Moths of North Carolina
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Macaria Members:
53 NC Records

Macaria varadaria (Walker, 1860) - Southern Angle

Superfamily: Geometroidea Family: GeometridaeSubfamily: EnnominaeTribe: MacariiniP3 Number: 91a0701 MONA Number: 6314.00 MONA Synonym: Speranza varadaria
Comments: This is one of 73 species in this genus that occur in North America, with 17 species occurring in North Carolina. In the latest checklist of North American Lepidoptera (Pohl and Nanz, 2023), North American members of the genus Speranza and Epelis were treated as junior synonyms of Macaria. Placed in the Baccharis-feeding Varadaria Species Group by Ferguson (2008), which also includes M. marcescaria and M. imitata, neither of which occurs in our region.
Field Guide Descriptions: Covell (1984; as Itame varadaria)Online Photographs: MPG, BugGuide, iNaturalist, Google, BAMONA, GBIF, BOLDTechnical Description, Adults: Ferguson (2008)Technical Description, Immature Stages: Ferguson (2008)                                                                                 
Adult Markings: A moderately small, brown geometrid, with slightly pointed forewings. The ground color of both sets of wings is yellowish- to grayish-brown, dusted with darker brown (Ferguson, 2008). The antemedian, median, and postmedian are all dark brown, with the postmedian the strongest. The antemedian is convex or bent; the median is straight; and the postmedian is somewhat outwardly convex. The outer side of the postmedian is usually shaded with dark brown or reddish brown that may extend into the subterminal area (Ferguson, 2008). Discal dots are present on all wings, although often faint, which helps distinguish this species from the similar sized and patterned Eumacaria madopata and Digrammias.
Adult Structural Features: Genitalia of both sexes are very similar to those of the other members of the Varadaria Species Group but differ from the other species of Speranza that are known to occur in North Carolina (see Ferguson, 2008). Males have fairly broadly bipectinate antennae and narrow hind tibiae. Females also have bipectinate antennae but with the branches much shorter than in the males (Ferguson, 2008, for Speranza in general).
Adult ID Requirements: Identifiable from good quality photos of unworn specimens.
Immatures and Development: Larvae are green with a wide white lateral stripe (see Ferguson, 2008, for an illustration and detailed description).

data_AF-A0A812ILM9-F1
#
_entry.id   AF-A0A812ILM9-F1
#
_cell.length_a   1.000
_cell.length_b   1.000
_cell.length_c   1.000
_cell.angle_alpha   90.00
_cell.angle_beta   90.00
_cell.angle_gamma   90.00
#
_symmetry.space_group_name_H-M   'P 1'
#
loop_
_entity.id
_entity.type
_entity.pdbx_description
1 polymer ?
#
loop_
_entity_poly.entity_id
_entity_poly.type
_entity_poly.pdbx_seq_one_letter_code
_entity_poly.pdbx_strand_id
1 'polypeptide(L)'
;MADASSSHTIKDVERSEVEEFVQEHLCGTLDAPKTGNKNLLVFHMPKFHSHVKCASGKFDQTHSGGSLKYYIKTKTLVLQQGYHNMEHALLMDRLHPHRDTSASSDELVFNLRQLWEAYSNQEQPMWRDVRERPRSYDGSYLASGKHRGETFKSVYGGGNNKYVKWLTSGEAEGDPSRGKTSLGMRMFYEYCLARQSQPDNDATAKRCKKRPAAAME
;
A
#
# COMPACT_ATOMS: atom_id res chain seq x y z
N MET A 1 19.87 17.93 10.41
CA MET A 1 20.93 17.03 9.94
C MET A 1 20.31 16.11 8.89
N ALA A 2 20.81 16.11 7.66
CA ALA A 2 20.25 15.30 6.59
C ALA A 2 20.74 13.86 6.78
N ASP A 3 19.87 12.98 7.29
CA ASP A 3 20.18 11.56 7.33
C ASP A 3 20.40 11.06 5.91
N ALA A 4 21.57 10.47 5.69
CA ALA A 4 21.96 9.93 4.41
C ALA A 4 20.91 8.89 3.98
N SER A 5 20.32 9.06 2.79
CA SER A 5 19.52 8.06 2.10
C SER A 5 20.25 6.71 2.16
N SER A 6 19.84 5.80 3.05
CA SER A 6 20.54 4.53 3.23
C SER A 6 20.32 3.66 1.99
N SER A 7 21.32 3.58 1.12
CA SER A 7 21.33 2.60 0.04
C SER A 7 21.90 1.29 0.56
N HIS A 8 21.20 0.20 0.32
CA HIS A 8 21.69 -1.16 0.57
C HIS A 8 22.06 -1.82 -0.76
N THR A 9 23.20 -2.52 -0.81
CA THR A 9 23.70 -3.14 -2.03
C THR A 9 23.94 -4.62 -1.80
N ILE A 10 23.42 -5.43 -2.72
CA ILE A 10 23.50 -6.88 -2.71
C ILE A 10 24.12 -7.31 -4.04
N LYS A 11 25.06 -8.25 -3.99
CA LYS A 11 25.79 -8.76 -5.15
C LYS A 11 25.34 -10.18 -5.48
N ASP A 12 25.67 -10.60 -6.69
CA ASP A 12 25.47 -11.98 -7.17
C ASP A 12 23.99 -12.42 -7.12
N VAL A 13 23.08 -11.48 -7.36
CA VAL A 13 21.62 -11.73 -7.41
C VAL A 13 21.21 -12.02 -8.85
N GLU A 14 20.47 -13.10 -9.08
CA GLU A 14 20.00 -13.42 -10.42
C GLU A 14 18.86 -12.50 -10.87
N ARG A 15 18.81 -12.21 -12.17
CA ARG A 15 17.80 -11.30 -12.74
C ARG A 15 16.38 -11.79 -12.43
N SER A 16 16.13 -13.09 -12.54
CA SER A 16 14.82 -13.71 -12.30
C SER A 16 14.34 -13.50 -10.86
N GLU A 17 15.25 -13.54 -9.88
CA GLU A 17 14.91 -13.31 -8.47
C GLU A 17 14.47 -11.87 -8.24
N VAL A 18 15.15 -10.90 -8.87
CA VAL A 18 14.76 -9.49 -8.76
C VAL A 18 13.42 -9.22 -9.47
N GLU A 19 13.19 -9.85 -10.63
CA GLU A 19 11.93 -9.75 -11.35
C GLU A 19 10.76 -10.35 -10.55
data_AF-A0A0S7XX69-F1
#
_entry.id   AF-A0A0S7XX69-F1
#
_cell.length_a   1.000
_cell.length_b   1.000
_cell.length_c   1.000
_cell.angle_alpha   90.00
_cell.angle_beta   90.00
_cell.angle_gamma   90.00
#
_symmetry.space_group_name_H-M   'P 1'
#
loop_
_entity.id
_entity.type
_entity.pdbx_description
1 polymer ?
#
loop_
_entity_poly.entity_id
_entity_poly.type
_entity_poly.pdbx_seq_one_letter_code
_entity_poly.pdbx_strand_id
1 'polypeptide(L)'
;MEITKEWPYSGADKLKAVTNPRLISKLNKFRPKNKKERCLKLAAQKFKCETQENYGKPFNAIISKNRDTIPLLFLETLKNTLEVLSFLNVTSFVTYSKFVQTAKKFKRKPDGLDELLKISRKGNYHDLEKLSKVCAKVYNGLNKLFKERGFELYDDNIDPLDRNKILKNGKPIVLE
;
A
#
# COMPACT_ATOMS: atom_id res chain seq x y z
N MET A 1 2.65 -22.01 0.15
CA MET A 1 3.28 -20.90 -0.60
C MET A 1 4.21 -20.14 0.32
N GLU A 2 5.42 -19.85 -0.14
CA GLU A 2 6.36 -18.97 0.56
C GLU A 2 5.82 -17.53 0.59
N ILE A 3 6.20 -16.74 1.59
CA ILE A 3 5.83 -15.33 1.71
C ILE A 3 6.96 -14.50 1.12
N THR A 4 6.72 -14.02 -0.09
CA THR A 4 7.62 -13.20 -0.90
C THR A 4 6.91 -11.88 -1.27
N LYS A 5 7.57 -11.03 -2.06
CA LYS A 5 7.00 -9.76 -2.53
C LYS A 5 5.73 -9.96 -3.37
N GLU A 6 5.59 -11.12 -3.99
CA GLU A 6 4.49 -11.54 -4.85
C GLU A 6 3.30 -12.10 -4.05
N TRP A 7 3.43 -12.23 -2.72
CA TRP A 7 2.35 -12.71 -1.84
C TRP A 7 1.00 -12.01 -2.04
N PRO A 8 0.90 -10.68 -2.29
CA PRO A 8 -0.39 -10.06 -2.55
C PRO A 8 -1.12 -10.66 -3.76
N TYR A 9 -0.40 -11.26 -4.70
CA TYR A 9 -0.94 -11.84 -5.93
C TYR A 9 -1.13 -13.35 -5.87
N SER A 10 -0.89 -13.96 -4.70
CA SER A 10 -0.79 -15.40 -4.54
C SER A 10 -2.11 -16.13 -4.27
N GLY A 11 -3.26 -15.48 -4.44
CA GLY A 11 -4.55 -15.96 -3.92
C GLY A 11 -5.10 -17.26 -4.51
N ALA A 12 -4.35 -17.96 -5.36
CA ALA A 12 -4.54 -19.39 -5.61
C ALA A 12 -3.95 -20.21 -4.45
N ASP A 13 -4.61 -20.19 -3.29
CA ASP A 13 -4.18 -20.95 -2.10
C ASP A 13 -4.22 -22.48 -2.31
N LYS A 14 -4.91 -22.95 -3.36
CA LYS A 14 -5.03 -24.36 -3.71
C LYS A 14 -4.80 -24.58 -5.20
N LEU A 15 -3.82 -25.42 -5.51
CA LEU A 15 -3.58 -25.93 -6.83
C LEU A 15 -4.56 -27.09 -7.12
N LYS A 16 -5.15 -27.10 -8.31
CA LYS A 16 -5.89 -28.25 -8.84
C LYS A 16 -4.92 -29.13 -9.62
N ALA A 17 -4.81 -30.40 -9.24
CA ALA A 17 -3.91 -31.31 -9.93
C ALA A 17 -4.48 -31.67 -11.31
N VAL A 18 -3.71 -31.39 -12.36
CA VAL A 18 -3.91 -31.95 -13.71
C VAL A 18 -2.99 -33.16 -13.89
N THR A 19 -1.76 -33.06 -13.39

Larvae ID Requirements: Identifiable from good quality photos, especially where associated with known host plants.
Distribution in North Carolina
Distribution: Restricted to the Outer Coastal Plain
County Map: Clicking on a county returns the records for the species in that county.
Flight Dates:
 High Mountains (HM) ‚Č• 4,000 ft.
 Low Mountains (LM) < 4,000 ft.
 Piedmont (Pd)
 Coastal Plain (CP)

Click on graph to enlarge
Flight Comments: We have records for adults from April to October, with no sign of any separate flight periods.
Habitats and Life History
Habitats: Occurs on barrier islands, where it is probably naturally associated with marshes and other wetland edges. Also occurs further inland in the Coastal Plain in other shrubby habitats, including Long Leaf Pine and Peatland communities. However, in those areas, it may be associated with the growth of Baccharis associated with disturbed roadsides rather than with the natural communities themselves.
Larval Host Plants: Monophagous, reported to feed solely on Groundsel Tree (Baccharis halimifolia) (Ferguson, 2008). - View
Observation Methods: Comes reasonably well to blacklight traps, although it is usually collected in small numbers in any one sample. None of our records come from bait or flowers.
Status in North Carolina
Natural Heritage Program Status:
Natural Heritage Program Ranks: G4? [S3S4]
State Protection: Has no legal protection, although permits are required to collect it on state parks and other public lands.
Comments: Although this species is monophagous and probably was originally a habitat specialist, its host plant has spread far beyond its original range and in some areas is becoming an aggressive invader (Weakley, 2015). So far, however, the moth has not been recorded in North Carolina more than a few miles from the coast.

 Photo Gallery for Macaria varadaria - Southern Angle

Photos: 7

Recorded by: R. Newman on 2023-06-20
Carteret Co.
Recorded by: R. Newman on 2023-06-03
Carteret Co.
Recorded by: Morgan Freese on 2022-06-08
New Hanover Co.
Recorded by: R. Newman on 2021-10-01
Carteret Co.
Recorded by: R. Newman on 2020-10-21
Carteret Co.
Recorded by: Newman, Randy on 2007-05-19
Carteret Co.
Recorded by: Newman, Randy on 2007-05-19
Carteret Co.